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Editorial

Cautious Opitimism

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By EMN Updated: Apr 01, 2014 2:04 am
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[dropcap]E[/dropcap]fforts of the Forum for Naga Reconciliation (FNR) for reconciliation among the Naga Political Groups last Friday has been inviting laudable accolades from across the society. The cheers are drawn for the positive signs seen from the sidelines towards the Nagas’ desire for ‘one government, one tax’.
This followed 2 days of intensive meetings of High Level leaders of three Naga Political Groups culminating in signing of a ‘Lenten Agreement’. Rev.Dr. WatiAier, Convener of FNR, described the meetings as ‘very, very frank and honest’, more so since even for the FNR completing 6 years and now stepping into its 7th year the nature of the meetings (March 27-28) of high level leaders was different, in that it was held under different circumstances.Here it may be prudent to mention what some of these different circumstances are :
The NPG leaders will have sensed in the past couple of years a fatigue slowing settling in amongst the Naga public of the watering down of the Naga political issue with issues of fratricidal killings mostly linked with the NPG’s rather than the nature of the philosophy or the adherence of the NPG’s to uplift the morale of the Naga public in a swiftly changing geo political scenario engulfing the north eastern region and its border states. Remember the outcry of villagers taking out rallies that they will not tolerate the dumping of bodies under their jusridiction?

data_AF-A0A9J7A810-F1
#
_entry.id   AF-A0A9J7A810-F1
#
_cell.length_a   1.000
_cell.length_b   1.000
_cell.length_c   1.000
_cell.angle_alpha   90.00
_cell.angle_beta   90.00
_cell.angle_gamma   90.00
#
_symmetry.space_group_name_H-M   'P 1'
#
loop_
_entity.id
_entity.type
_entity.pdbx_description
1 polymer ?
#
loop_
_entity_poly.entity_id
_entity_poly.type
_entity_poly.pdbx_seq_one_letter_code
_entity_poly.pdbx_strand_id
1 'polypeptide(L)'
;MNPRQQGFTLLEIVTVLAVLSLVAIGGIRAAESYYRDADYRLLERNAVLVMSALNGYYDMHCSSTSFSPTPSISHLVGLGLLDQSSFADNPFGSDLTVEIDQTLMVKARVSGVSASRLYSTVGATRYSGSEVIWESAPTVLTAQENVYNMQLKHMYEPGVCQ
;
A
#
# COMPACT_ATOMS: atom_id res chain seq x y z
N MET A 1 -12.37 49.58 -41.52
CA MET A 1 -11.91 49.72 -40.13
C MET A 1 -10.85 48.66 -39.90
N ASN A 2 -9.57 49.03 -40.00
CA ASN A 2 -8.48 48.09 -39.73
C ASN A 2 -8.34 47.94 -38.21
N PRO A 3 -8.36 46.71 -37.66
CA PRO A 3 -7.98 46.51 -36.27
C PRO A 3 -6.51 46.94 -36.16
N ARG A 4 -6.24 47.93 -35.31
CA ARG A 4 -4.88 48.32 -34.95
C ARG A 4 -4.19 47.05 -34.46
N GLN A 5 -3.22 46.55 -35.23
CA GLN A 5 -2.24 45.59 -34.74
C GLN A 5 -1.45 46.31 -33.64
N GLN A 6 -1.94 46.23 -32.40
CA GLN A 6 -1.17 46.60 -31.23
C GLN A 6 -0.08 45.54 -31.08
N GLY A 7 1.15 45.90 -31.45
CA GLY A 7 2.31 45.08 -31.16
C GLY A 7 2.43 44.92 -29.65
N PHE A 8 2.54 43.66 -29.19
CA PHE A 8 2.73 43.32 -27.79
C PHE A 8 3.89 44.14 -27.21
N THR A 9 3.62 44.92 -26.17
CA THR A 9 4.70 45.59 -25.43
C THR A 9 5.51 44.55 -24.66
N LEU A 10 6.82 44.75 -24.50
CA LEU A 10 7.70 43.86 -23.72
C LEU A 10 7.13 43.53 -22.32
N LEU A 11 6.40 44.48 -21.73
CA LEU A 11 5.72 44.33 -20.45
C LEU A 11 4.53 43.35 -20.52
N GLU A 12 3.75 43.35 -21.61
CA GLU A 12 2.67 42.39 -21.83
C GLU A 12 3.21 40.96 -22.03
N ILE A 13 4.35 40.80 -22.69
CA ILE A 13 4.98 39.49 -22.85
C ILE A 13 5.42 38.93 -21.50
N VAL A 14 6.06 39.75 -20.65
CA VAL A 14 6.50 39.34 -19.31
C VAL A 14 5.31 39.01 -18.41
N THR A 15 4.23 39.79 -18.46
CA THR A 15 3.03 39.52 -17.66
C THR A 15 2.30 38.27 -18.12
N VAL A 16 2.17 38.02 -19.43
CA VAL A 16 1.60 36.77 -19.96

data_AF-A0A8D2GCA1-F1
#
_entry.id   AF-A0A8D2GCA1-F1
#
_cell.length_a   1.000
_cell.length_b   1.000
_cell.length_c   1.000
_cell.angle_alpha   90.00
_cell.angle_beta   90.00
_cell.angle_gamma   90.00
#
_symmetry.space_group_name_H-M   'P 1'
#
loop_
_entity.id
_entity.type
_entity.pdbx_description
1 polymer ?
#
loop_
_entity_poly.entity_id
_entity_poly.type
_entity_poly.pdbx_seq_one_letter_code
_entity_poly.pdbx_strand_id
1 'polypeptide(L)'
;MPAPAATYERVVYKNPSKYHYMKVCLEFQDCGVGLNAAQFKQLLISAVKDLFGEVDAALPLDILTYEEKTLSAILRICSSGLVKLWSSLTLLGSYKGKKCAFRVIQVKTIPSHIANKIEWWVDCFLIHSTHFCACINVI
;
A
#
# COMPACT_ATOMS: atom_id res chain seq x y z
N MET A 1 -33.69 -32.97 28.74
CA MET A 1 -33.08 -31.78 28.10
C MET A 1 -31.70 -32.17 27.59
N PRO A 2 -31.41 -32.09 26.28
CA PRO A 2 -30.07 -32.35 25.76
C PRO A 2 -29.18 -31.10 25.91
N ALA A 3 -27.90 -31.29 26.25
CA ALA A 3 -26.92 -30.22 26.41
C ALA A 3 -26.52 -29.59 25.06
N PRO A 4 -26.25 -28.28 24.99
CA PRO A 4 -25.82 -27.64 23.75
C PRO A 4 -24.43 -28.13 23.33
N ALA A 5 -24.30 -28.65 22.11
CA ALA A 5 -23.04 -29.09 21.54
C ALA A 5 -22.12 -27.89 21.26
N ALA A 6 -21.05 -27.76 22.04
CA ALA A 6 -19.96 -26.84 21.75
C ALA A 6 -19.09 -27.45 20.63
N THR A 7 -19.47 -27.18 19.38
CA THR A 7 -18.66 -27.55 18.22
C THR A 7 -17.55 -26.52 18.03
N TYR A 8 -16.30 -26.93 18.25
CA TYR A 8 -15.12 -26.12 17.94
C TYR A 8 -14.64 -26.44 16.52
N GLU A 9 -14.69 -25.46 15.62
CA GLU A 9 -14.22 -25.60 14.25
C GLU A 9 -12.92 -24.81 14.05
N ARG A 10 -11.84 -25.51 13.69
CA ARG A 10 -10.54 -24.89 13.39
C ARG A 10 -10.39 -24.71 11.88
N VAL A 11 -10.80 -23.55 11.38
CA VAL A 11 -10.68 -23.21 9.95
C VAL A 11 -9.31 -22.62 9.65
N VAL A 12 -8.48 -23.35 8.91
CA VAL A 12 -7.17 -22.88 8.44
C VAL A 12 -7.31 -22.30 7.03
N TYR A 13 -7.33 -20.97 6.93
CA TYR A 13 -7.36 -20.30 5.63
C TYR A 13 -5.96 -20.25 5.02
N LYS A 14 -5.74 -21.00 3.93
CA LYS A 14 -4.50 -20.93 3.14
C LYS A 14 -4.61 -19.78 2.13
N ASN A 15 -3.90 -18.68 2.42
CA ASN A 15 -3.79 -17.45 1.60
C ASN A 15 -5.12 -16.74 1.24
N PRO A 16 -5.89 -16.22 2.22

It is a common placed fact that the leadership in the NSCN (IM) heading the talks with the government of India under a ceasefire for 17 years is aging, and the younger generationof Nagas are keen to hear what the next generation of leaders have to offer for their future.
There has also been unprecedented public outcry against the unabated forms of taxation by various groups leading to the formation of the Action Against Unabated Taxation, now Against Corruption and Unabated Taxation, Nagaland. Again in some quarters there was uprising against the high handedness of our brothers in arms leading to the Mukalimi incident, in Zunheboto district.
The positive and the negative of such an outpouring of public angst is yet to be judged but it should suffice that it was in many ways it was a culmination of sentiments which cried out “Enough, and no further”.
Add to this the complex makeup of the Naga society with the varied tribes made worse by ‘tribalism’ and we emerge as a community cornering ourselves within a tinder-box. This sentiment is further polarized by systems of governance, which instead of upholding age old traditions of decision making in the village with the community prioritizing needs for the welfare of all, more often than not decisions are influenced by vote bank politics.
The result is an un-enviable form of ‘progress’ where the gap between the rich and the poor is a yawning divide and the number of ‘unemployable’ is ever growing.